[co-author: Austin Reed]
The United States District Court for the Southern District of Ohio (“Court”) addressed in a November 13th Order an issue arising out of a Comprehensive Environmental Response Compensation and Liability Act (“CERCLA”) or Superfund cost recovery action. See Garrison Southfield Park LLC v. Closed Loop Ref. and Recovery Inc., No. 2:17-cv-783, 2019 WL 5962684, slip copy (S.D. Ohio Nov. 13, 2019).
The action stems from the alleged improper disposal of electronic waste in a leased warehouse.
The plaintiff, Garrison Southfield Park (“Garrison”), initially filed suit alleging that multiple defendants caused environmental contamination at two of Garrison’s warehouses in Columbus, Ohio. According to Garrison, the warehouses contain more than 64,000 tons of hazardous electronic waste.
Moshe Silagi, was the former managing member of MS-South, LLC, the company that sold the warehouses to Garrison. An option was provided to lease the other warehouse.
Garrison alleges that under the lease agreement, Closed Loop was required to comply with federal and state hazardous waste laws.
The Complaint notes that the Resource Conservation and Recovery Act (“RCRA”) regulates CRT recycling. A conditional exclusion for legitimate CRT recycling operations is provided if certain criteria are met.
Closed Loop allegedly misrepresented that it qualified for the conditional exclusion by processing CRTs through disassembly and glass breaking but then storing most of the crushed CRT glass in one of the warehouses. According to Garrison, Closed Loop improperly accumulated massive amounts of crushed CRT glass and intact CRTs at the warehouses.
Defendant Silagi allegedly exercised total control over MS-South and made misrepresentations to Garrison in connection with the sale of the warehouses. These allegedly included the claim that the properties were not used for storage, treatment, or disposal of hazardous substances. Further, Silagi dissolved MS-South in an effort to avoid liability, according to Garrison.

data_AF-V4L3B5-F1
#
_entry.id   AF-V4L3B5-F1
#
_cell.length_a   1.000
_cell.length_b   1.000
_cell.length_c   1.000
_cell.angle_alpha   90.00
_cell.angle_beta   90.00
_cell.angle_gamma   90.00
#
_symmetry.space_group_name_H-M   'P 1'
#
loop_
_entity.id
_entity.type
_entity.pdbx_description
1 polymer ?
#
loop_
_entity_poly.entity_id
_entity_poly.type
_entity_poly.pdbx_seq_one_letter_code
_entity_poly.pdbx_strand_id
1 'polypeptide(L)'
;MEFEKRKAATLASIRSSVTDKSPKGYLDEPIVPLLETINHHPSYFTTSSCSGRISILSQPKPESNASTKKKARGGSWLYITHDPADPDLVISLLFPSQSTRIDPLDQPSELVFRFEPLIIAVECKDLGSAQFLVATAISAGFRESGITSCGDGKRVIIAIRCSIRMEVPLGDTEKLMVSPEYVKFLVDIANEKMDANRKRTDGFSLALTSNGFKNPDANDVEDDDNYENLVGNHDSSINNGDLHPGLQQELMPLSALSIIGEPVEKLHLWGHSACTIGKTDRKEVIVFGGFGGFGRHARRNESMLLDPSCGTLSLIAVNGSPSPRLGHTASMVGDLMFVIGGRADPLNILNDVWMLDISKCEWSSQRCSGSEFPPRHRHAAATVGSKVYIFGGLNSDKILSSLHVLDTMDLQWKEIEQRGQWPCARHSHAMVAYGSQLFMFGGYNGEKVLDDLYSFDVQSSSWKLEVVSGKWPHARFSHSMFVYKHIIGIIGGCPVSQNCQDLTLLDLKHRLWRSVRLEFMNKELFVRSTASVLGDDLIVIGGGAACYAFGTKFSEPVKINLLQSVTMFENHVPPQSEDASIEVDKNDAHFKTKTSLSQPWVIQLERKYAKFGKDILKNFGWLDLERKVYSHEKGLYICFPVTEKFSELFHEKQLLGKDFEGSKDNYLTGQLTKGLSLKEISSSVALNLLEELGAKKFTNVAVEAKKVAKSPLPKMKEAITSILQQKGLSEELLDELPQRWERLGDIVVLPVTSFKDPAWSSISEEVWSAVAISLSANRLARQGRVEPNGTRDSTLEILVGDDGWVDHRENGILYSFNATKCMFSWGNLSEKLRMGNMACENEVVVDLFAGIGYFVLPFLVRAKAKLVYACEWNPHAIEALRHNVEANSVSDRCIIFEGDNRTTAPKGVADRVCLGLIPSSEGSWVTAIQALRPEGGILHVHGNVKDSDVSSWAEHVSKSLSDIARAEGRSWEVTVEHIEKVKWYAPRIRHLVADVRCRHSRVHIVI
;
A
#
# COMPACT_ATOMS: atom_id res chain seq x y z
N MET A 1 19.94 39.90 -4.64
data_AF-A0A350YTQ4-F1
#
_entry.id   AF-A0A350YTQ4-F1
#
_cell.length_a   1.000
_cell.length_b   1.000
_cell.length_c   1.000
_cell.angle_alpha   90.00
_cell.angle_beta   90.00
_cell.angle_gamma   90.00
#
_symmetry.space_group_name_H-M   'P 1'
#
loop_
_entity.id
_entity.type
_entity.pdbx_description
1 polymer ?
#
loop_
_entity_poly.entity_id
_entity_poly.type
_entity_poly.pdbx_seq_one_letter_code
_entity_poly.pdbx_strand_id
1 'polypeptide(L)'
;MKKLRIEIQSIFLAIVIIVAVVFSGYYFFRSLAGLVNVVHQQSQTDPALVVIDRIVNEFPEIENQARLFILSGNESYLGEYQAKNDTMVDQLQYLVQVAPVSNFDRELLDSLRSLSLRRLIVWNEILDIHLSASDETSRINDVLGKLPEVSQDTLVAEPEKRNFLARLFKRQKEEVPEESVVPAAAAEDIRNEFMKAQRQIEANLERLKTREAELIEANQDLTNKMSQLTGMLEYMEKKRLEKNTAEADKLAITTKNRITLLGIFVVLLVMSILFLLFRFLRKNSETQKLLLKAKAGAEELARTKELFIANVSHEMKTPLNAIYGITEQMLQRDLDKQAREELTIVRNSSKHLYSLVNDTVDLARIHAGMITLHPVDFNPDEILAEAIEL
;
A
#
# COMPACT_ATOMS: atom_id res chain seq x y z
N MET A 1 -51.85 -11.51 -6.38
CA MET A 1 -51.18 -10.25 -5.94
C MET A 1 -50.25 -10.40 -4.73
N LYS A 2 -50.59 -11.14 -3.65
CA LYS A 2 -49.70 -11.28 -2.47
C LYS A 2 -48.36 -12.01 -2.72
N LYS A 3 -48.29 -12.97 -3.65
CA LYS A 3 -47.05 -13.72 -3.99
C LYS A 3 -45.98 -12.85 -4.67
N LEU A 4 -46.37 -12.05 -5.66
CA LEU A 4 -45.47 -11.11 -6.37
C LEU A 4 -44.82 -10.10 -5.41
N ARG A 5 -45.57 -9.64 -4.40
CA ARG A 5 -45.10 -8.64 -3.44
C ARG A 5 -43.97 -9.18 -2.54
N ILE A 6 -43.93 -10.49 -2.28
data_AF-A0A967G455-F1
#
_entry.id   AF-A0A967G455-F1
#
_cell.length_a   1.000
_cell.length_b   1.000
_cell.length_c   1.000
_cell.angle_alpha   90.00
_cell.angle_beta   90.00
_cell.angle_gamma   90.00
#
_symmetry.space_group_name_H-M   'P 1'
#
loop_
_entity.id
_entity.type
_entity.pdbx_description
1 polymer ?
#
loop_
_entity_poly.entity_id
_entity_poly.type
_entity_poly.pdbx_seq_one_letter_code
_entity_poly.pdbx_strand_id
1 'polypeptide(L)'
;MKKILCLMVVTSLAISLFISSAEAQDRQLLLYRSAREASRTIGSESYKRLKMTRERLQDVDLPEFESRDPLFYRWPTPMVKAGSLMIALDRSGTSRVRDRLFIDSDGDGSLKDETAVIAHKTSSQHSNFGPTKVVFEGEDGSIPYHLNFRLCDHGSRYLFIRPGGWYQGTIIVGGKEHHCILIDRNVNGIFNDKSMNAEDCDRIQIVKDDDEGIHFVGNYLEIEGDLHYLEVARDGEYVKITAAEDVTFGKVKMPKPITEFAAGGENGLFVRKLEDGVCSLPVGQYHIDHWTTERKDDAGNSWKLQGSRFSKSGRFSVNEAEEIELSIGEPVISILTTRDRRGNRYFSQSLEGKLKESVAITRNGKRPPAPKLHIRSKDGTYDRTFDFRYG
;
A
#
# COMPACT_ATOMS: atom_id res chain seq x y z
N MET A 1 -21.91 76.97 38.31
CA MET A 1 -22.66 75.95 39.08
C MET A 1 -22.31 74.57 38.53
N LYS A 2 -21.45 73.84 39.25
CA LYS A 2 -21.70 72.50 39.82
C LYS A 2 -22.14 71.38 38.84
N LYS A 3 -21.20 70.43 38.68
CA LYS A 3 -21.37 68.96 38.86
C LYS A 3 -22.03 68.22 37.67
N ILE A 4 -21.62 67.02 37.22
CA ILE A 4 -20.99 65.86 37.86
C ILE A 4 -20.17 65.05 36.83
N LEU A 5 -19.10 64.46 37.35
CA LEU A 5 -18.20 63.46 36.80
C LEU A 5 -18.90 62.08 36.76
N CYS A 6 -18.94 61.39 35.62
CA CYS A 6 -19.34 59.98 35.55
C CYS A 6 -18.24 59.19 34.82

Garrison brought claims under CERCLA.
Silagi moved to dismiss for failure to state a claim.
Silagi argued that Garrison failed to plead one of the elements of a CERCLA claim—that Silagi is a potentially responsible party (i.e, “PRP”) under Section 107 of the statute. Silagi’s specific contention was that Garrison failed to plead sufficient facts to plausibly pierce MS-South’s corporate fail and hold Silagi personally liable.
State law controls issues on piercing the corporate veil in CERCLA claims. Therefore, the Court looked to Ohio law.
There is a three-prong test for determining whether the corporate veil has been pierced. Individual shareholders may be held personally liable when:
(1) control over the corporation by those to be held liable was so complete that the corporation has no separate mind, will, or existence of its own,
(2) control over the corporation by those to be held liable was exercised in such a manner as to commit fraud or an illegal act against the person seeking to disregard the corporate entity, and
(3) injury or unjust loss resulted to the plaintiff from such control and wrong.
The Court found that Garrison adequately pled each of those requirements. With respect to the first prong of the test, the Court noted that Garrison alleged that Silagi was the sole member of MS-South, Silagi signed the lease agreement between MS-South and Closed Loop, Silagi made representations in the purchase and sale agreement between MS-South and Garrison, Silagi was named as the guarantor in the purchase and sale agreement, and Silagi dissolved MS-South. Such allegations were sufficient to meet the first prong.
Regarding the second prong, the Court found that Garrison had sufficiently pleaded a common law fraud claim against Silagi. The complaint alleged Silagi falsely represented that the warehouses had not been used for the storage, treatment, or disposal of hazardous substances; Silagi had knowledge that hazardous waste was being disposed of on the property because he signed the lease agreement; and Silagi falsely represented that he had made due inquiry into the truth of the representations. Garrison justifiably relied on the representations in purchasing the warehouses and, as a result, now owns property with accumulated hazardous waste on it. Accordingly, the second prong was met.
With respect to the third prong necessary to pierce the corporate veil, Garrison alleged that it was stuck with massive cleanup and remediation bills because of Silagi’s actions as the sole director of MS-South. Such allegations were sufficient to meet the third prong.
Because Garrison pleaded sufficient facts to make out a plausible claim that the corporate veil should be pierced and, in turn, Silagi was a responsible party under CERCLA, the Court denied Silagi’s motion to dismiss.
A copy of the order can be downloaded here.